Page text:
24 October 2009

Surgery Update and "Learning How To Replace an Ostomy"

Background information:
At some point in the womb (the doctors think less than 4 weeks before his birth), Bennett's colon perforated. We now know that Cystic Fibrosis caused Bennett's meconium (the name for a baby's first poop) to be thicker than normal. The meconium was so thick that it actually ruptured Bennett's intestines causing meconium to fill his abdomen.   In fact, it was so thick that even during surgery, the surgeons were unable to fully extract the meconium from Bennett's colon, specifically his ileus. 

Therefore, the surgeons decided to conclude Bennett's surgery by connecting his colon to the outside of his body in order to allow the surgeons access to irrigate his intestines and, in time, to hopefully get all of the meconium out of Bennett's system. 

Today, Bennett no longer has any meconium in his system and has shown that his gastrointestinal system is working correctly. However, as of today, Bennett's colon is still connected to the outside of his body. The surgeons plan to reconnect Bennett's colon sometime in the near future. 

Due to scar tissue, they cannot go back into fix Bennett until at least 6-8 weeks after surgery (which also happens to be his birthdate). So, we are not really sure when Bennett will have surgery but we hope certainly by the time he is 3 months old. In the meantime, Bennett has an ostomy to catch his waste. And, because the ostomy is connected to his ileus (a part of his colon), it's called an ileostomy bag. 

As we are preparing to go home, the medical staff have requested that we learn how to take care of/change his ileostomy bag.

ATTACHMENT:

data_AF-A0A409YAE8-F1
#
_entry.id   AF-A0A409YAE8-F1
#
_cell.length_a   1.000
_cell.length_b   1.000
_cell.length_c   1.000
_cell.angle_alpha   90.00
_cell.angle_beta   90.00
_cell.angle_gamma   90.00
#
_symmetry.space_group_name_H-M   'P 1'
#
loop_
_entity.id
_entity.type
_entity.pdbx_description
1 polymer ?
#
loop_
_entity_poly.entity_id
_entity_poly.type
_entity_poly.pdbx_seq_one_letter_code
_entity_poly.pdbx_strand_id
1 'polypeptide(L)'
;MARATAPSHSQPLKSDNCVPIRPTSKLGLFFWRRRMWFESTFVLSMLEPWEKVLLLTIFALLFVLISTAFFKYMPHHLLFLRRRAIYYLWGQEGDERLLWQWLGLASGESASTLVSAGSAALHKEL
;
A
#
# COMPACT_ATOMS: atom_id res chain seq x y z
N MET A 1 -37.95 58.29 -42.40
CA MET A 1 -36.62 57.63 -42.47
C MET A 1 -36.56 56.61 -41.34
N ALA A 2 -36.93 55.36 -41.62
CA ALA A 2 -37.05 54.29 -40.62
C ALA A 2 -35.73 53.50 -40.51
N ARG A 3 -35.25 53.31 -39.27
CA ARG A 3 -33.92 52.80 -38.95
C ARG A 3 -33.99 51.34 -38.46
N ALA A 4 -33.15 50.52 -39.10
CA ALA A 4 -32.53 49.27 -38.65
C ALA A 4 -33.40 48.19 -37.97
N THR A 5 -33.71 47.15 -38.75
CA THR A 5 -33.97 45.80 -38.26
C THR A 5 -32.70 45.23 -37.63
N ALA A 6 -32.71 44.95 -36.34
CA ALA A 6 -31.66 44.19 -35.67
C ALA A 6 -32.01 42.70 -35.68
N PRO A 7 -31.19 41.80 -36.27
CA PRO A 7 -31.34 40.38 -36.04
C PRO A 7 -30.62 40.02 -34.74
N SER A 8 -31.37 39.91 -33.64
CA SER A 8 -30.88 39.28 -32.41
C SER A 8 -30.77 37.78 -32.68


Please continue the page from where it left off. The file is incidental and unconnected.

Here are thesupplies needed, baby included.

Here is what Bennett's ileus looks like. Since the colon is not naturally sterile, it can be exposed to the air. The surgeons apparently pulled out Bennett's colon, rolled it down it down from inside out (like you're rolling down your sock) and sewed it to his skin with sutures. Weird, huh?

A closer look. Brian was surprised how smooth the inside of one's colon looks.  Bennett's little battle scar/surgery wound is beneath his ileus. To the right of that is his "G-tube" or gastric tube. This tube goes directly into his tummy. It will stay there for some time in case Bennett needs to be tube fed in the future (the doctors anticipate that this may happen as CF babies often have "failure to thrive" issues and struggle getting enough calories from eating regularly).

Preparing the area

Placing the "wafer" around his ileus. This plastic round piece sticks to Bennett's skin but keeps the poop from going everywhere outside of the bag that will be placed on top of it.

Placing the bag over the plastic piece.

Here's Bennett showing everyone his bag in action.  Isn't that so kind of him? (By the way, when little Bennett passes gas, the entire bag inflates. He looks like he has a little balloon attached to him until you open it up and let the air out. Pretty crazy, really.)

Bennett will wear his bag until surgery in about 6 weeks or so. Breck is nervous to have to worry about putting it under clothes and keeping it from spilling out. But the nurses reassure her that it isn't that bad. We shall see.


  1. I know it is alot, but I'm sure you guys will be pros soon! Hoping these next few days are encouraging as you prepare to bring Bennett home.

  2. Hang in there! I know this must not be easy, but I know that you can handle it (with God's help). Like Cynthia said, try to think of the pros - he's pooping normally, he's coming home soon! These are all signs of progress. While you might not like all of the things that go with these steps, these are necessary things to help your son get better. I pray for your continued strength!


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